Community College Transfer Student Pathways in Virginia

Ericson, Matthew, Education - Curry School of Education, University of Virginia
Roksa, Josipa

While the association between college selectivity and graduation outcomes is well understood in the context of students who begin their postsecondary studies at four-year institutions, little is known about this relationship for community college transfer students. Using data from the Virginia Longitudinal Data System, three issues around this important topic are examined. The first issue pertains to community college transfer student enrollment patterns (in terms of the selectivity of the four-year transfer destination) and graduation outcomes (bachelor’s degree completion, bachelor’s degree completion in 6 years, and time-to-degree among bachelor’s degree holders). Acknowledging the important role that geography plays in the college-choice and completion process, the second issue concerns how transfer patterns and graduation outcomes differ between students from rural and suburban communities in Virginia. The third issue relates to the extent to which Guaranteed Admissions Agreements (GAAs) induce students to attend more selective colleges and the causal effect of these enrollment decisions on graduation outcomes. Overall, descriptive evidence suggests that attending a more selective college significantly improves graduation outcomes for community college transfer students; however, the causal evidence is less conclusive.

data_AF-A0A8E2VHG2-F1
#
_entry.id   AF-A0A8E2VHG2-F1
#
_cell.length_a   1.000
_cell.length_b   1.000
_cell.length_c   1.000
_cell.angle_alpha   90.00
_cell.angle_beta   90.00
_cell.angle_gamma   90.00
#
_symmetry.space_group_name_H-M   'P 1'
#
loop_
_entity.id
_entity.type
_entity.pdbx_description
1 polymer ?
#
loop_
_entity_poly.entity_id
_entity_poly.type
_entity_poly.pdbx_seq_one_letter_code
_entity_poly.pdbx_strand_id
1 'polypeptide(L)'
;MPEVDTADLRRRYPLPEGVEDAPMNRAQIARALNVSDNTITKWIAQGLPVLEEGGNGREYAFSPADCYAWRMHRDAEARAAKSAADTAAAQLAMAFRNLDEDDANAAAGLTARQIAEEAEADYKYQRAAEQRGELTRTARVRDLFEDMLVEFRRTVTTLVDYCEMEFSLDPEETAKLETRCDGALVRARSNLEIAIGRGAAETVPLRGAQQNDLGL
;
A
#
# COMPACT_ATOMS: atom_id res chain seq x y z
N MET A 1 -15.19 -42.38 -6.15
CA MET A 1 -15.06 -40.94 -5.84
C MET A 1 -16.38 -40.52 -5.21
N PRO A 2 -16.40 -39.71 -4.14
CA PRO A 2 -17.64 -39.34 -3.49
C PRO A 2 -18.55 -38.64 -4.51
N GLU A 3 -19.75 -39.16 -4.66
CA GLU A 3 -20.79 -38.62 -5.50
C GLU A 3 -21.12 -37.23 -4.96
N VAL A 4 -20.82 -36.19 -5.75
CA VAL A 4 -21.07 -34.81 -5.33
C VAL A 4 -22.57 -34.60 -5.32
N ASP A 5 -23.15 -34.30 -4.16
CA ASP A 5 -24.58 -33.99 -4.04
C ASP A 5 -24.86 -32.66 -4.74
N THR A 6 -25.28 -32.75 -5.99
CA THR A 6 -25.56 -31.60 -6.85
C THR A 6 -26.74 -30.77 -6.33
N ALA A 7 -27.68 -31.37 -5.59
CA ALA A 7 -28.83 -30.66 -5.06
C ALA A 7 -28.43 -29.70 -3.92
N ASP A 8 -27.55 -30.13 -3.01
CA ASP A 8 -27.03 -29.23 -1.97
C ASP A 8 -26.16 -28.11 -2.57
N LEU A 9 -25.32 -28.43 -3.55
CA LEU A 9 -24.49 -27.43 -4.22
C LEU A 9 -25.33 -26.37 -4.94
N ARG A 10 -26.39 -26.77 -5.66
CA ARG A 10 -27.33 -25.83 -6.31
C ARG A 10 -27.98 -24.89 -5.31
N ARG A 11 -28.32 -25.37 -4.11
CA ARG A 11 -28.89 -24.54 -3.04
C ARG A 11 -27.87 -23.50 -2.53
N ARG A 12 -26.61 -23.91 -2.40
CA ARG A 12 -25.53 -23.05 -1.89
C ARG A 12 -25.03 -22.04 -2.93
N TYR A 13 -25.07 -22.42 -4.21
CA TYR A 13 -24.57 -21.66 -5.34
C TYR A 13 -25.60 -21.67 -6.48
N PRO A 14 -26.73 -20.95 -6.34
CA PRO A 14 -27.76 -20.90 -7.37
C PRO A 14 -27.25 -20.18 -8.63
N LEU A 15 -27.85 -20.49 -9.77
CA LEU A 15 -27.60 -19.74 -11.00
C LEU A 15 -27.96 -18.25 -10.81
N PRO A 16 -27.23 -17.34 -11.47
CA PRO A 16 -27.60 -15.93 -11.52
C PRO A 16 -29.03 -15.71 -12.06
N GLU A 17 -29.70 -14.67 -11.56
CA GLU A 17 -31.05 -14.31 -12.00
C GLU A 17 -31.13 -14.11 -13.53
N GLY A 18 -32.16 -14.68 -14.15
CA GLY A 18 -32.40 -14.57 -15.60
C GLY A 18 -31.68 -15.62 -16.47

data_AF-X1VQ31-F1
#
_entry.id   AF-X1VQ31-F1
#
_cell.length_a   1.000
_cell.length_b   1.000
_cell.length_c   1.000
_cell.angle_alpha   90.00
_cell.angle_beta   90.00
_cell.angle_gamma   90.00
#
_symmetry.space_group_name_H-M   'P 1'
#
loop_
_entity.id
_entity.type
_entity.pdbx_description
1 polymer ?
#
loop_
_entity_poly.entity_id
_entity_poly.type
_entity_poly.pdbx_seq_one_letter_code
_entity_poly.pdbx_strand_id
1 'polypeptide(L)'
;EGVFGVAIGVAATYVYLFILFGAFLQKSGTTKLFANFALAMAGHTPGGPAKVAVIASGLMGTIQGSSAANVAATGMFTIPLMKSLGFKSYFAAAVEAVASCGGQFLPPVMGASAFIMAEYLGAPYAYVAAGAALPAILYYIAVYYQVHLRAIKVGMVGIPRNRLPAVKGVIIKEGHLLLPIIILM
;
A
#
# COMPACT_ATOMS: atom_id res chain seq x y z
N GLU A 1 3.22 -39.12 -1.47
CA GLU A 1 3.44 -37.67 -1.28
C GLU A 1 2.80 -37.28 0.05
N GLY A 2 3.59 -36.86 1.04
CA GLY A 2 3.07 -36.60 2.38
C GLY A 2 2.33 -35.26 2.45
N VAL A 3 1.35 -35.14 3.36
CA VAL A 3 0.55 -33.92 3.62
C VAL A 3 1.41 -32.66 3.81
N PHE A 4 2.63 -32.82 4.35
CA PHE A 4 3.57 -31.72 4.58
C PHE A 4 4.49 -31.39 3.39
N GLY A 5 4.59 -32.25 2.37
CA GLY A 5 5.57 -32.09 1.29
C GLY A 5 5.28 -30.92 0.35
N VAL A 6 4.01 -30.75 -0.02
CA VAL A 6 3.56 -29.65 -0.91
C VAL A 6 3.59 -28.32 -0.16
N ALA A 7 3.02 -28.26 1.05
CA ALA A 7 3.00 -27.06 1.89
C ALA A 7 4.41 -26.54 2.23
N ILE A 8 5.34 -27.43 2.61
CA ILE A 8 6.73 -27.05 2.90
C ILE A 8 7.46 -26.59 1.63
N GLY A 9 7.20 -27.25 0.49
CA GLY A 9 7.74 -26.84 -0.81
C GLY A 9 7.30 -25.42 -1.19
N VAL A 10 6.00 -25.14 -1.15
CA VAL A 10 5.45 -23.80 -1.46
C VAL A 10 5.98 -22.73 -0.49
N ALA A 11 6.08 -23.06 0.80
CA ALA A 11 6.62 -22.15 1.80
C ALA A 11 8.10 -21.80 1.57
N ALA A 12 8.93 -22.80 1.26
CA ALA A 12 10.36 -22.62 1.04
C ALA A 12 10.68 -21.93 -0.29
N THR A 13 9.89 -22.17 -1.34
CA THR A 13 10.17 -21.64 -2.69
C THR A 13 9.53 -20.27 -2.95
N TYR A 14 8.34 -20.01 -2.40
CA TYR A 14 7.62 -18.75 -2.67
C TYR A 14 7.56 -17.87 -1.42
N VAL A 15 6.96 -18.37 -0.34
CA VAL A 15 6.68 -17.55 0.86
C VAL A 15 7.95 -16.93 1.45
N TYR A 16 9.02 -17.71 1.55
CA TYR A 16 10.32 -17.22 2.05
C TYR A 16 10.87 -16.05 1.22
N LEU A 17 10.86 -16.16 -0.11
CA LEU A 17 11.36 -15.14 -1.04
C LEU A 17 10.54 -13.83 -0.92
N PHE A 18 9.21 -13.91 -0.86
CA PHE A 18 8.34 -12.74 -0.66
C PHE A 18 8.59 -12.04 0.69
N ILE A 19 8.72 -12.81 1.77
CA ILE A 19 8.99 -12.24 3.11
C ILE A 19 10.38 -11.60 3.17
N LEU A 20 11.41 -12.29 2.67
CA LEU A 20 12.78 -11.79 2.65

PHD (Doctor of Philosophy)
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